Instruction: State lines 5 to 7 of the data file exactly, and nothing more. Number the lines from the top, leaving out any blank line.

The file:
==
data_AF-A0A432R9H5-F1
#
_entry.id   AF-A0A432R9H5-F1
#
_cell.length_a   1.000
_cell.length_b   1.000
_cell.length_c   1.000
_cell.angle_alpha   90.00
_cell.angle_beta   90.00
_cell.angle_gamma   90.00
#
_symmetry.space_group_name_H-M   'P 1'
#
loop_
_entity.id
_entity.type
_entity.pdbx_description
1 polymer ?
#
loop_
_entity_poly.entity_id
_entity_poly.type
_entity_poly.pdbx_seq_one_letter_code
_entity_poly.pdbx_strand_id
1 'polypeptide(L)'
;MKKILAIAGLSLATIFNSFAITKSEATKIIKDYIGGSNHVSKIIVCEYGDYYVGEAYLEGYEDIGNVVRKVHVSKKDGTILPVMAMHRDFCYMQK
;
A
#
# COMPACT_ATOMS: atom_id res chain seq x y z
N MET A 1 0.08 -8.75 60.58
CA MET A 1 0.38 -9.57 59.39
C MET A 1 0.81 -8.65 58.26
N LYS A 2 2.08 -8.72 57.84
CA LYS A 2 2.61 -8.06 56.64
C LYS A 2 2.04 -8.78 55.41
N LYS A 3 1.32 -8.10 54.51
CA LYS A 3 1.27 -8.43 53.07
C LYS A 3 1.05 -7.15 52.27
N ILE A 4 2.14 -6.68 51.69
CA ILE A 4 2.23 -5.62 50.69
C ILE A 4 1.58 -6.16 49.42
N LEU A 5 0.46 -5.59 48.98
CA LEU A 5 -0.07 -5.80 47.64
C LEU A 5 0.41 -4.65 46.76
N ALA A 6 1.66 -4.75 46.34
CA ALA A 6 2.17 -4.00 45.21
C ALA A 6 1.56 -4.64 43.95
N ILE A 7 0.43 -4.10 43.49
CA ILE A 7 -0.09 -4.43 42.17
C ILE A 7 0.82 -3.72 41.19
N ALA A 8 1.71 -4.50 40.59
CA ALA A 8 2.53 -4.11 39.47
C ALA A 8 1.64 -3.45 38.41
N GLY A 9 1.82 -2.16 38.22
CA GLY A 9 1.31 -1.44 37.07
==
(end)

_cell.length_a   1.000
_cell.length_b   1.000
_cell.length_c   1.000